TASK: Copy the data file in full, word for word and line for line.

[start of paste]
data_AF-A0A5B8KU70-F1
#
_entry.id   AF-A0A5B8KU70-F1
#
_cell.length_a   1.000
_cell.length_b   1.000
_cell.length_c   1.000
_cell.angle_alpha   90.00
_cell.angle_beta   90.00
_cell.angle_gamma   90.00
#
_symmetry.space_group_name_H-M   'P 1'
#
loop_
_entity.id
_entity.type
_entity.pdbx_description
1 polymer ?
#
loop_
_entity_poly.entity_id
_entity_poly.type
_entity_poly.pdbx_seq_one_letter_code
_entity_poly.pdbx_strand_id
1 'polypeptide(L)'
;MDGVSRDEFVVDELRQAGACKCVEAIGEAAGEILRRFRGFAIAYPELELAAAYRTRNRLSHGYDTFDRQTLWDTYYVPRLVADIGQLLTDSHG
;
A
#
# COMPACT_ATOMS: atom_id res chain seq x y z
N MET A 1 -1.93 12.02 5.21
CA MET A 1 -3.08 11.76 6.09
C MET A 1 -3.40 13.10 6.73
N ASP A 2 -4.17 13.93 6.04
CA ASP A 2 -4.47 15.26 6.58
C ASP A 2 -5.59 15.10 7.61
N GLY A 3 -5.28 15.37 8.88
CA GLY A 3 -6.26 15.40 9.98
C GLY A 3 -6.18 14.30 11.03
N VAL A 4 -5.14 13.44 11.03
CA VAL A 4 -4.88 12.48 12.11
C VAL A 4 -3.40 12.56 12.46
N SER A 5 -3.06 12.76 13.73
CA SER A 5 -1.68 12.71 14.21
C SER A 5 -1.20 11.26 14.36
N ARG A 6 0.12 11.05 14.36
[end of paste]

data_AF-A0A5B8KU70-F1
#
_entry.id   AF-A0A5B8KU70-F1
#
_cell.length_a   1.000
_cell.length_b   1.000
_cell.length_c   1.000
_cell.angle_alpha   90.00
_cell.angle_beta   90.00
_cell.angle_gamma   90.00
#
_symmetry.space_group_name_H-M   'P 1'
#
loop_
_entity.id
_entity.type
_entity.pdbx_description
1 polymer ?
#
loop_
_entity_poly.entity_id
_entity_poly.type
_entity_poly.pdbx_seq_one_letter_code
_entity_poly.pdbx_strand_id
1 'polypeptide(L)'
;MDGVSRDEFVVDELRQAGACKCVEAIGEAAGEILRRFRGFAIAYPELELAAAYRTRNRLSHGYDTFDRQTLWDTYYVPRLVADIGQLLTDSHG
;
A
#
# COMPACT_ATOMS: atom_id res chain seq x y z
N MET A 1 -1.93 12.02 5.21
CA MET A 1 -3.08 11.76 6.09
C MET A 1 -3.40 13.10 6.73
N ASP A 2 -4.17 13.93 6.04
CA ASP A 2 -4.47 15.26 6.58
C ASP A 2 -5.59 15.10 7.61
N GLY A 3 -5.28 15.37 8.88
CA GLY A 3 -6.26 15.40 9.98
C GLY A 3 -6.18 14.30 11.03
N VAL A 4 -5.14 13.44 11.03
CA VAL A 4 -4.88 12.48 12.11
C VAL A 4 -3.40 12.56 12.46
N SER A 5 -3.06 12.76 13.73
CA SER A 5 -1.68 12.71 14.21
C SER A 5 -1.20 11.26 14.36
N ARG A 6 0.12 11.05 14.36